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Brambly Delicious

By   /  August 19, 2013  /  Comments Off on Brambly Delicious

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What a beautiful batch of fruit!

What a beautiful batch of fruit!

There in the thickets, along fencerows and places only deer and black flies are unafraid to tread, they maliciously darn any exposed skin when attempting to pick their drupelets of sweet goodness.  Just the juice alone can stain your fingers and shirt for weeks while the seeds can require the most precise of dental flossing.  And yet, for many a strong-willed forager, the July ripened “rubus genus families of blackberries, blackcaps or black raspberries are well worth the challenges in harvesting.

This mystical floricane seems to pop up whenever and wherever conditions are right especially as a hedgerow or forest receives rays of sunshine after a cutting.  With what I’ve seen at our farm, I have to believe the bird’s random deposit to the seed-bank will last for years.  The cool thing is its proliferation happens for free.  As any farmer knows though, ya gotta know where to find them.

At one time I had this grand plan to use my grazing chart map to record where all the plants resided.  While good intentioned, this took all the fun out of the hunt so I scrapped it but made a recording that berries would be ripening after July 15th.  This documentation is critical as a way to know when you’re going to get the first warm pie slathered with vanilla ice-cream.

Even though the wild berries are small and take some effort to glean enough for a pie or jam, the nutritional merits are one that make doctors smile.  The blackberry family is high in gallic acid, rutin and ellagic acid, a known chemo-preventative, with anti-viral and anti-bacterial properties.

With their dark blue pigment, blackberries have one of the highest antioxidant levels and are credited with decreasing the rate at which the memory deteriorates (like mine).  Blackberries are also rich in Vitamin C and fiber, while being low in calories, carbohydrates and have no fat which makes them popular in all sorts of diets.  Those pesky seeds even contain some oil which is rich in omega-3 and linoleic acid.

There are other things one can do with brambles, such as boiling bramble leaves with lye to make a black hair dye (for those who don’t want to be blonde) or using bramble leaf tea as an alleged cure for various ailments from hernias to dysentery.  The plant’s trailing running shoots can be collected and scraped while the spikes are still soft, which reveals a moist, soft center that can be eaten raw on its own or in salads.  Even old bramble shoots have traditionally been used to make basketry, including skeps (wicker baskets used as beehives).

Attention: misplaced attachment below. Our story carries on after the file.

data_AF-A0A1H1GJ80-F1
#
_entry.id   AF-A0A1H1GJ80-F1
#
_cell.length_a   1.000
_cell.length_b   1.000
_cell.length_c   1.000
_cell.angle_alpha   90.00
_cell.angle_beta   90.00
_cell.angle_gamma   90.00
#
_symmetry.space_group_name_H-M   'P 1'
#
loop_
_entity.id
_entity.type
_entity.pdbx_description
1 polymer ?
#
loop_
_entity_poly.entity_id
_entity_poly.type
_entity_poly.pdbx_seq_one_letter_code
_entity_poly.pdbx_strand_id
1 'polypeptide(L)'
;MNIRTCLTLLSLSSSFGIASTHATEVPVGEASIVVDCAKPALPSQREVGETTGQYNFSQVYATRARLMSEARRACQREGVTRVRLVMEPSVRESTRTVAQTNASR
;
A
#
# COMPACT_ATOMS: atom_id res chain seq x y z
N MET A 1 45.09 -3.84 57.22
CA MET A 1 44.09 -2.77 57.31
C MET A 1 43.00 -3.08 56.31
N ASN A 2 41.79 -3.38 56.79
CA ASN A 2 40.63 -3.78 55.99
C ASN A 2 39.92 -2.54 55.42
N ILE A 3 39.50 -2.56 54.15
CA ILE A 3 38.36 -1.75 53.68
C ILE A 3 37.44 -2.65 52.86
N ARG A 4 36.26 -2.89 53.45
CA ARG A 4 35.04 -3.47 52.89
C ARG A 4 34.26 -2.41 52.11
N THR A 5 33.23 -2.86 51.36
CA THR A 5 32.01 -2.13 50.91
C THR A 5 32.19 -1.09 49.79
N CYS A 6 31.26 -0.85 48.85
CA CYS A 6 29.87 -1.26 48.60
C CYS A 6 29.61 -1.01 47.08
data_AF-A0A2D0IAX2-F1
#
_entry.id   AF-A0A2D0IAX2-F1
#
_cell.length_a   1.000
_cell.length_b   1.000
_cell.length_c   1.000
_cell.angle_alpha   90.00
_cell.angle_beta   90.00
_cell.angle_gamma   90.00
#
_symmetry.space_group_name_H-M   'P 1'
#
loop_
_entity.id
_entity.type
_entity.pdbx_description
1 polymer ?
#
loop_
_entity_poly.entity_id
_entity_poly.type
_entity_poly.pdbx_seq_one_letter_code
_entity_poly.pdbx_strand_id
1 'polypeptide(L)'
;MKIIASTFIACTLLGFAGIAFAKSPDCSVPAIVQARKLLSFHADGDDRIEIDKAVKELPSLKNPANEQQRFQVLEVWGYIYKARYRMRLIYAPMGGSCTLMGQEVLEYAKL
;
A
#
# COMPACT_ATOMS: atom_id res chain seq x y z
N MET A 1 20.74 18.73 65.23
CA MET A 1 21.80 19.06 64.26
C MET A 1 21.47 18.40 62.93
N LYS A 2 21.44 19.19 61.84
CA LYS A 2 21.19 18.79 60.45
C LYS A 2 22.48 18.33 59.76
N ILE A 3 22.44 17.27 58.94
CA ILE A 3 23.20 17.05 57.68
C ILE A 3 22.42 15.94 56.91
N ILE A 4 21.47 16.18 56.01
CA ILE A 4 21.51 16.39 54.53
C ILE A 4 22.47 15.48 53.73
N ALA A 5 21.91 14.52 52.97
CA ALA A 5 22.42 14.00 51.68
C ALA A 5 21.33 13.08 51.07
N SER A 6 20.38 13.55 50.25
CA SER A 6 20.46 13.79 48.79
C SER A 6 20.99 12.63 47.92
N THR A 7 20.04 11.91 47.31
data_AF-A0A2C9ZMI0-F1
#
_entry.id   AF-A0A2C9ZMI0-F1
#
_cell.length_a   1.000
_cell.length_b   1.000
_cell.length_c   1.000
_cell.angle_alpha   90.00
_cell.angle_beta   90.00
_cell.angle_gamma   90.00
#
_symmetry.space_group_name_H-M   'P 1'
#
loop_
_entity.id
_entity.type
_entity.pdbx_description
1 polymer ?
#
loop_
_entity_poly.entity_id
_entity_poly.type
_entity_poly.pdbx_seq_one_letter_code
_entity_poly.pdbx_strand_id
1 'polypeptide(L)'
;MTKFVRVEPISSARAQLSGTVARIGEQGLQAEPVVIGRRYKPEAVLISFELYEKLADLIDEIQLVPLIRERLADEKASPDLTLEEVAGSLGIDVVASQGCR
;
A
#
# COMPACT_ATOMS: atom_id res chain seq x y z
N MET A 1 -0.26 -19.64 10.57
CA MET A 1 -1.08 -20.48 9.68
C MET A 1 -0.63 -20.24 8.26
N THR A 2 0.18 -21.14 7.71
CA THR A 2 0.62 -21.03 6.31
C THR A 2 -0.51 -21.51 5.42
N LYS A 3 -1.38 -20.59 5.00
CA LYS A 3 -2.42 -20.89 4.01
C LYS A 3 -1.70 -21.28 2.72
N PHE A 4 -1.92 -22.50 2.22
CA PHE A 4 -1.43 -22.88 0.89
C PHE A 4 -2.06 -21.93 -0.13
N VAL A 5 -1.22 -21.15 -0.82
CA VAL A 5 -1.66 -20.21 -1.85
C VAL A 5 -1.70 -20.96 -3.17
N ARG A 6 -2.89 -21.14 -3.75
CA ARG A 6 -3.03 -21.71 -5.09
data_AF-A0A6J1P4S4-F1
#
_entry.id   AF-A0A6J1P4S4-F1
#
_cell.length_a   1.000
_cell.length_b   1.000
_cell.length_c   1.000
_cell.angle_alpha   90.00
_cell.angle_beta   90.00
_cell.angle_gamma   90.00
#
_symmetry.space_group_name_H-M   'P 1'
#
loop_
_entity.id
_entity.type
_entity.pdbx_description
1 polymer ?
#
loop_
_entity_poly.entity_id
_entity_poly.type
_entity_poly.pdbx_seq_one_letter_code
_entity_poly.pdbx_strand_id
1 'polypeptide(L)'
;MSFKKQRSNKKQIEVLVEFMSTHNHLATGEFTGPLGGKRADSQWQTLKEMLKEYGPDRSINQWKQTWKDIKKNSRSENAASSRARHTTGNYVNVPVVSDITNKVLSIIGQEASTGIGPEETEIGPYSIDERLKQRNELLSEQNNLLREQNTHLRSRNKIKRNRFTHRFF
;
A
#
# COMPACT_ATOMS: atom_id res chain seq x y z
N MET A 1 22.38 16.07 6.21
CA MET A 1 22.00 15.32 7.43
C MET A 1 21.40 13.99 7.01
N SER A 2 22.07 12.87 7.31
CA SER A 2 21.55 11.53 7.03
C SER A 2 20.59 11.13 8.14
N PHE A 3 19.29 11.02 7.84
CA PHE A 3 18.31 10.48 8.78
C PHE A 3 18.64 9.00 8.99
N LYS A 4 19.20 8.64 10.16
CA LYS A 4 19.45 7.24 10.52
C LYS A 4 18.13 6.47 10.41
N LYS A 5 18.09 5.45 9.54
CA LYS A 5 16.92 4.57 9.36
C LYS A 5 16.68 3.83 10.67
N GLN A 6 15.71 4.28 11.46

Every time I run into their prickly facade while tying off my poly-wire to the fence, it seems to conjure up a desire to go brambling, (a term used by some for the picking of wild blackberries not to be confused with the sissy picking of thornless varieties).  I fondly remember journeys into the woodland abyss with my grandparents as a child which always seemed to be more fun than work.

I tried to recreate this magic with my kids but all I got was complaining about the heat, scratches, flies and too much work with too little reward.  As I grew older, time constraints and the “gotta be somewhere” syndrome caught up with me and I have to admit not having the patience to pick either, against the site of a hammock or pool.  Most of the available pollen and fruit just goes to feed the insects and wildlife which is OK too.

Knowing Troy's love of ice cream and everything that goes on it, On Pasture recently gifted him with this clock, just in case he forgets what time it is.

Knowing Troy’s love of ice cream and everything that goes on it, On Pasture recently gifted him with this clock, just in case he forgets what time it is.

This year I am rededicating myself to the harvest of this nearly tax-free food as the wet, hot and humid weather is producing a bumper crop of mosquitoes and wonderful plump blackberries.  Having just turned 50, I’m gonna need the bramble’s fiber and antioxidants in my diet while exercising in the thicket building cardiac health.  This activity fits the bill.

Health benefits aside, I’m really looking forward to the sweet taste as it compliments some of my favorite foods like ice-cream, toast, yogurt, salads, wine and a new concoction I just enjoyed made with gin, aptly named “the Bramble”.

In researching the sacred fruit, it’s apparent more people are interested in the wireless handheld device than the experience of picking and enjoying this notable black honey of summer.   Shame is while those smartphones can be construed as sweet—–they basically taste like plastic…

Originally published in Lee Publication’s Country Folks weekly newspaper 8/3/2013

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About the author

contributor

Troy Bishopp, aka "The Grass Whisperer" is an accomplished professional grazier of 27 years, grasslands advocate and media guy who owns and manages Bishopp Family Farm in Deansboro, NY with his understanding wife, daughters and parents. Their certified organic custom grazing operation raises dairy heifers, grass-finished beef and backgrounds feeder cattle on 180 acres of owned and leased organic native pastures. The whisperer routinely asks customers, Is there any grass in the animal products you buy? Beef grazed on the farm has been served at President Obama's inaugural dinners, restaurants and to diners as far away as Japan. Troy also works for the Madison County Soil and Water Conservation District and the Upper Susquehanna Coalition as their regional grazing specialist and is a free-lance writer, maintaining a website presence at www.thegrasswhisperer.com

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